Research on climate variability and change seeks to use science to deduce climate risk, and to undertake research to foster sustainability.

The science that is needed to deduce climate risk involves determining methods of seamless prediction, whereby weather prediction models, seasonal prediction models, decadal prediction models and climate models can all be used to determine future risk. Achieving this will require an increased understanding of climate processes, and also will require methods to reduce uncertainty in climate science and climate models. This uncertainty is particularly manifested in examination of climate change effects on extreme events which are important not only because they impact on life and property, but because the changes to the natural environment – such as beach erosion – occur as a result of high waves during extreme events.

The research that is needed to foster sustainability, including the determination of adaptation options, revolves around methods to meet the public interest in climate change science. The scientific involvement is with improved methods of climate projections service delivery, the undertaking and production of integrated assessments that extend the climate research into the agricultural, economic, human welfare domains. Climate science is at the forefront of multi-disciplinary, inter-disciplinary and trans-disciplinary science.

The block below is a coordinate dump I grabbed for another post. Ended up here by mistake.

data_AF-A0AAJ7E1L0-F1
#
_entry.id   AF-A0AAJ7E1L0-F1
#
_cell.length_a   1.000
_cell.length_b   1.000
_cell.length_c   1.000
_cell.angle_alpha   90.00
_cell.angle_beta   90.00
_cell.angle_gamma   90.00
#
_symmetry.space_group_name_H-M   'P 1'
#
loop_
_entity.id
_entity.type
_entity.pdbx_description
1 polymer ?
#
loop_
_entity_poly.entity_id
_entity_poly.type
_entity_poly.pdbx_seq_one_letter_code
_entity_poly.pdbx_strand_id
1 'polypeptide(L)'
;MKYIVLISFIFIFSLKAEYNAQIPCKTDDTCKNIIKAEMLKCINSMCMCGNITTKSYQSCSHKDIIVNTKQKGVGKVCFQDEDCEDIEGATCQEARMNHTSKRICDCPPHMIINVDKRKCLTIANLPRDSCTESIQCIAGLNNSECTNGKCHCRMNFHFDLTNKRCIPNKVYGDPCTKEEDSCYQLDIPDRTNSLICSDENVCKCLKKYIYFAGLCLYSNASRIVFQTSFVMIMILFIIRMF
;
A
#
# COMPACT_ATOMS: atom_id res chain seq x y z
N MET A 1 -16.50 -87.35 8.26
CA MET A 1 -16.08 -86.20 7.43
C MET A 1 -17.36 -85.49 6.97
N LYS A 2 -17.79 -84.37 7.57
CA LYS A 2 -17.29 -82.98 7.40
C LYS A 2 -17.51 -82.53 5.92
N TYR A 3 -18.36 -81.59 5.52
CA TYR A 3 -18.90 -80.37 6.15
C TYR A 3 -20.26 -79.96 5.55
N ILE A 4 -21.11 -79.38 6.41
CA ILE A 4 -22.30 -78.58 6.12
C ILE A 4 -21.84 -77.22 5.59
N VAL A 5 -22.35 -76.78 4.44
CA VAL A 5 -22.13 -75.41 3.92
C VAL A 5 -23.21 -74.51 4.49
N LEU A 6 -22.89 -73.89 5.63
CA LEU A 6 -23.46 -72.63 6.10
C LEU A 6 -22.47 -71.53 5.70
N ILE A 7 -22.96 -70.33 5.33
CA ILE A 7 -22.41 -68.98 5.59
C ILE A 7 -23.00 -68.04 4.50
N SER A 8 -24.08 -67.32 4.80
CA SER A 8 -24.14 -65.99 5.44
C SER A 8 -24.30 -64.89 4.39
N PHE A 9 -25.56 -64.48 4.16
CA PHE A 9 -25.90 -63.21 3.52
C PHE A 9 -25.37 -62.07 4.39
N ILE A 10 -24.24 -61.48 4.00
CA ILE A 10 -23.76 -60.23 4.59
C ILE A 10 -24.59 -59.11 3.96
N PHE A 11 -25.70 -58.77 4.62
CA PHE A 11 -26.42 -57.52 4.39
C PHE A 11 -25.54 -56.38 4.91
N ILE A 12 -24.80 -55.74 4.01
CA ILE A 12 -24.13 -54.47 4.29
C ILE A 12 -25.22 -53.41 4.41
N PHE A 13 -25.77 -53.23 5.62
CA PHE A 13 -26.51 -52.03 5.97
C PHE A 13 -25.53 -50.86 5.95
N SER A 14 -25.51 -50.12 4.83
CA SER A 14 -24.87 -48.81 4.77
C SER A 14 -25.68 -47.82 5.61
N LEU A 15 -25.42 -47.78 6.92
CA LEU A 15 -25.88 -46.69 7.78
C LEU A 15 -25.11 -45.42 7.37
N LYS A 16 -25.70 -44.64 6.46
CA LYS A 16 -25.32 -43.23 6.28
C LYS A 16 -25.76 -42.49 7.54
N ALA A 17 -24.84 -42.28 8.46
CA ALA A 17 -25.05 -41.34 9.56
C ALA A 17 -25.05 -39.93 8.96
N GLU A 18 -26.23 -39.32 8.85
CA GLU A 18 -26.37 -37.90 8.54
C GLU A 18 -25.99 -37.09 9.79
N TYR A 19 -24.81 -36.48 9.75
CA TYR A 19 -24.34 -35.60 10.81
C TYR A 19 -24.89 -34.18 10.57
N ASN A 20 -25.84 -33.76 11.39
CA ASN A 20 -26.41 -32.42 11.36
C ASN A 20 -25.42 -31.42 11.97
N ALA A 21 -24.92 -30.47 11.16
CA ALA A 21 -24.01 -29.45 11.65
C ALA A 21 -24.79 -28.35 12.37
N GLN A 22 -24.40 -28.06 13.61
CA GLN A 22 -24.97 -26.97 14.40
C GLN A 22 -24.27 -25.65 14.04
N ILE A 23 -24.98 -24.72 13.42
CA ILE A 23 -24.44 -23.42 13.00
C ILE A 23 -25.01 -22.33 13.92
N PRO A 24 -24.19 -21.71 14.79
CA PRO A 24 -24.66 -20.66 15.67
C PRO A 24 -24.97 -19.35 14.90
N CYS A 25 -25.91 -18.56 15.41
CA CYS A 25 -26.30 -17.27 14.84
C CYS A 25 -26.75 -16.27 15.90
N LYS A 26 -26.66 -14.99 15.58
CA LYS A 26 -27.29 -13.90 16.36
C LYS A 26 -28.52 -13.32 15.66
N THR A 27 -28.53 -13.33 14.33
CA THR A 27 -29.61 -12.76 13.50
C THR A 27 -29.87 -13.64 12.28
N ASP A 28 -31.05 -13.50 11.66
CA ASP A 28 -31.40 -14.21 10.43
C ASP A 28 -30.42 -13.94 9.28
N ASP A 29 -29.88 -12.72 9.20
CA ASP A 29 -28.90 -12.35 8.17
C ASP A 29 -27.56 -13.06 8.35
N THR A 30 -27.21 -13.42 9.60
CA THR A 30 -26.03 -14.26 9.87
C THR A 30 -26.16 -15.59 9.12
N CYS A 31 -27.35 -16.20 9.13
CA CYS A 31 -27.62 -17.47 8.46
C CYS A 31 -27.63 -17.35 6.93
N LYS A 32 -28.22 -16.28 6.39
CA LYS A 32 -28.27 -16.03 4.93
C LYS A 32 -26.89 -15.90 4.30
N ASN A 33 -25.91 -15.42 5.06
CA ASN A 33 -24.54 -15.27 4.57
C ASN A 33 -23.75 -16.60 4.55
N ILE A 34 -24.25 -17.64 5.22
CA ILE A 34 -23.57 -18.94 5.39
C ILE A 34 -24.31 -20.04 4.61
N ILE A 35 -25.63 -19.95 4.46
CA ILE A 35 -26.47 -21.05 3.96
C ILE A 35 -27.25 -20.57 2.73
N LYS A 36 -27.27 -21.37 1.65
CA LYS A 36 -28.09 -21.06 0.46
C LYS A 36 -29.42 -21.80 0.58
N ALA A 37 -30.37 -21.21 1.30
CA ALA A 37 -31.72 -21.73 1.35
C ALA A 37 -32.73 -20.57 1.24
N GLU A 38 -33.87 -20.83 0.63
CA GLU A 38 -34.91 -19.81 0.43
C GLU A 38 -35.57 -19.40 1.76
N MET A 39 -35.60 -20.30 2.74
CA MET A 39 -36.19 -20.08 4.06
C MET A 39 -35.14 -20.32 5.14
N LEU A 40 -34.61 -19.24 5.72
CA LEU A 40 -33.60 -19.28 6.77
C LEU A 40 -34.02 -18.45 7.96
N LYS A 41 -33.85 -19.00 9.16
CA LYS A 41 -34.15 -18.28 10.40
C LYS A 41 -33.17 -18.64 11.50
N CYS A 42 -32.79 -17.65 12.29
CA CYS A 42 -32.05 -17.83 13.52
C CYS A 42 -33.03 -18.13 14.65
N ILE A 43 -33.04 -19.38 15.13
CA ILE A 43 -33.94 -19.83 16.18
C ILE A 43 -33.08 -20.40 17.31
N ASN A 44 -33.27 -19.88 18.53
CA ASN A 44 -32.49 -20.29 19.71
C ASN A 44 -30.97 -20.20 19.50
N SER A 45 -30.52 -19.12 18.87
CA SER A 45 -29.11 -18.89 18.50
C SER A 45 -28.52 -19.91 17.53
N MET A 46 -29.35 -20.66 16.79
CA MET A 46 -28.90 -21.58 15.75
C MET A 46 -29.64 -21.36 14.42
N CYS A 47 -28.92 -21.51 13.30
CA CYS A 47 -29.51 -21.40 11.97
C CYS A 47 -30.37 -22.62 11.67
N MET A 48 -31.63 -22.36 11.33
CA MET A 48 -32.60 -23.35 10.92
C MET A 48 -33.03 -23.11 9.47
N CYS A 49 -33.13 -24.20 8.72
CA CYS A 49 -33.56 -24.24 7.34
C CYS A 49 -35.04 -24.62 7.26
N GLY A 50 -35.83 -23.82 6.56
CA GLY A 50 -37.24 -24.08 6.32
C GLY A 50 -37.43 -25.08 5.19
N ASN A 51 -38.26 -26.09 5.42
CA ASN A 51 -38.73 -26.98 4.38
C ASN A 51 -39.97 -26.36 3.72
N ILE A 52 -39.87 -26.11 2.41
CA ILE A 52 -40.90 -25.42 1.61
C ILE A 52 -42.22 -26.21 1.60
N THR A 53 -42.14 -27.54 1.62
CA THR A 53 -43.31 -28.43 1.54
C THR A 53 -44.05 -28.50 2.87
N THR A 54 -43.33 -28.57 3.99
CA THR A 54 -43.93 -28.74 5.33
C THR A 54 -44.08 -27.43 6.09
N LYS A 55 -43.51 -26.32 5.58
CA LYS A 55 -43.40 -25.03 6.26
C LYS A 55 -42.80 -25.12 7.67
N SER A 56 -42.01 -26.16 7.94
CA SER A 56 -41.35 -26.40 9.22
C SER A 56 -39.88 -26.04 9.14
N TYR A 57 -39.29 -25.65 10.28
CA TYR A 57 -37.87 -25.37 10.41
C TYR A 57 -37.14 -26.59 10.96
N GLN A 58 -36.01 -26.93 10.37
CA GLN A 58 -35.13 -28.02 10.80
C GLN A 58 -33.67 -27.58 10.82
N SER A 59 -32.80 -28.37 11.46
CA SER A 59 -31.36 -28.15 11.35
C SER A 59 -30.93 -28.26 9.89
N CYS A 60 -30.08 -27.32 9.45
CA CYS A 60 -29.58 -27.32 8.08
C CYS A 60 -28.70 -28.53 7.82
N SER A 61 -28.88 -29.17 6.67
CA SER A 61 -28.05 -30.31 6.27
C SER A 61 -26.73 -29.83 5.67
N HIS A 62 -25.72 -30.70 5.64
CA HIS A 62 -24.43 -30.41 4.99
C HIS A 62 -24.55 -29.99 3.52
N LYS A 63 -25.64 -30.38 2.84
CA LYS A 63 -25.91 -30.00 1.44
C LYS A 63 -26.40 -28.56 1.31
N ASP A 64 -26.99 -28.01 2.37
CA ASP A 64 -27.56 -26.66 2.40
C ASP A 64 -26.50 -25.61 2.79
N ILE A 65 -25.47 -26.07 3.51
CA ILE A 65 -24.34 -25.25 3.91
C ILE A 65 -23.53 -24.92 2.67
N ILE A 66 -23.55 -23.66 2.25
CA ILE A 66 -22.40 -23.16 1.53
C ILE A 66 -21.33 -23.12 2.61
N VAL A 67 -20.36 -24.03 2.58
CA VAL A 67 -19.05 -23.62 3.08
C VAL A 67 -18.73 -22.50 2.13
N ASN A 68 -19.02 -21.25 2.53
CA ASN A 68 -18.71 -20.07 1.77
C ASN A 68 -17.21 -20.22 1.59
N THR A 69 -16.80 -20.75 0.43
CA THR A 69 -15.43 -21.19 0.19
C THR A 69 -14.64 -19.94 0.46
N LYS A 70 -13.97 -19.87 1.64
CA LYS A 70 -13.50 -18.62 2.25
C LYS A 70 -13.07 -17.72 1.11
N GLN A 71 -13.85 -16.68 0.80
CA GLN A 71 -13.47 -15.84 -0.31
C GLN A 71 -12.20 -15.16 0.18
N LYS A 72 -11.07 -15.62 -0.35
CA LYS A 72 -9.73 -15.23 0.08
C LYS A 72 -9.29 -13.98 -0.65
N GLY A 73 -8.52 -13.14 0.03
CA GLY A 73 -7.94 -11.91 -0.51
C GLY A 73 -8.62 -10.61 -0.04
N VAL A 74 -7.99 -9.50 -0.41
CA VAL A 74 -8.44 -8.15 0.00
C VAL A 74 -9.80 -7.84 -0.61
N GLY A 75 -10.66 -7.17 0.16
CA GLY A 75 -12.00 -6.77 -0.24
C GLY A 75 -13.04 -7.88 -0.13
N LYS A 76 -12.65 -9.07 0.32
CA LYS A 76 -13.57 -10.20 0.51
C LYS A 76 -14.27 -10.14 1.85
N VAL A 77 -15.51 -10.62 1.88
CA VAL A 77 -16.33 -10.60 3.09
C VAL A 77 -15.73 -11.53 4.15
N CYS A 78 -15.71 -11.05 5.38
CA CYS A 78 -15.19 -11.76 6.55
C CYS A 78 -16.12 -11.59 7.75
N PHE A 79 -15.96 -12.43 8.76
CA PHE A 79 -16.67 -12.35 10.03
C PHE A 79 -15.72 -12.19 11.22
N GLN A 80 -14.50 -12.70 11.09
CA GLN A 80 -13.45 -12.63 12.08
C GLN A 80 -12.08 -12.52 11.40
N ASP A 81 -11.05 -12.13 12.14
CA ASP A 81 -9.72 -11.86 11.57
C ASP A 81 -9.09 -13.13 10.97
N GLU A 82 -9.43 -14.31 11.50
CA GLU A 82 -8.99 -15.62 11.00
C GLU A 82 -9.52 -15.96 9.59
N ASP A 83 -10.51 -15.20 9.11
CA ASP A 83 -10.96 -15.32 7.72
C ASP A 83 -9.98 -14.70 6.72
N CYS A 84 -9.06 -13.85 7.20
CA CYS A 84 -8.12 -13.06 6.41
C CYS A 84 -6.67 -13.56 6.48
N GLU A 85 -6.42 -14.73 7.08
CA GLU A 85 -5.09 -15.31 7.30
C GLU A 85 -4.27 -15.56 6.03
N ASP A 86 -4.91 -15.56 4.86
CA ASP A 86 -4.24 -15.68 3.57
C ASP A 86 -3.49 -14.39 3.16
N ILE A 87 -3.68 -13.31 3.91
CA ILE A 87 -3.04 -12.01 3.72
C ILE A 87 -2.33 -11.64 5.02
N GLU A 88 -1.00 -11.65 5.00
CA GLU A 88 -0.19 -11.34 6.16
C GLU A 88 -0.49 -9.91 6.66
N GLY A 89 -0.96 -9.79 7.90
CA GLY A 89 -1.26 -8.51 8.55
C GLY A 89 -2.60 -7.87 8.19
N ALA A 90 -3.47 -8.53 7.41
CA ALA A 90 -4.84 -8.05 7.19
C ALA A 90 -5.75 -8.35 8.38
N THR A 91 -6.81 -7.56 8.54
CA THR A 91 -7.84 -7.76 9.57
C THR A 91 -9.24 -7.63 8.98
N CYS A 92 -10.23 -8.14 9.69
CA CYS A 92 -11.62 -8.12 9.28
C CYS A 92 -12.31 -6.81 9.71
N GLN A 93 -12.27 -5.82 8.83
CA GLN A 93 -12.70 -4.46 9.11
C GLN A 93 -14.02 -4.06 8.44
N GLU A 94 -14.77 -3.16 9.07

Climate science has been characterised as one of thinking globally but acting locally. Because the atmosphere forms part of the global commons, various international bodies have developed initiatives to study climate and its effects, generally referred to as global change. The International Council of Science (ICSU) has developed Future Earth [56] as a new 10-year international research initiative that will develop the knowledge for responding effectively to the risks and opportunities of global environmental change and for supporting transformation towards global sustainability in the coming decades.

The International Union of Geodesy and Geophysics (IUGG) recently formed a new commission, the Commission on Climate and Environmental Change (CCEC), to provide support to the Future Earth initiative. CCEC was instrumental in persuading a consortium of international scientific unions to undertake an initiative on weather, climate and food security (WeatCliFS). WeatCliFS intends to catalyse an integration of activity of many existing programs on hydrometeology, on natural hazards and extreme events, on agriculture and food security and on disaster risk reduction.


a The CMIP5 data, as well as information about the project, can be obtained from:


Authors’ Affiliations

Axford Lecture, AOGS Conference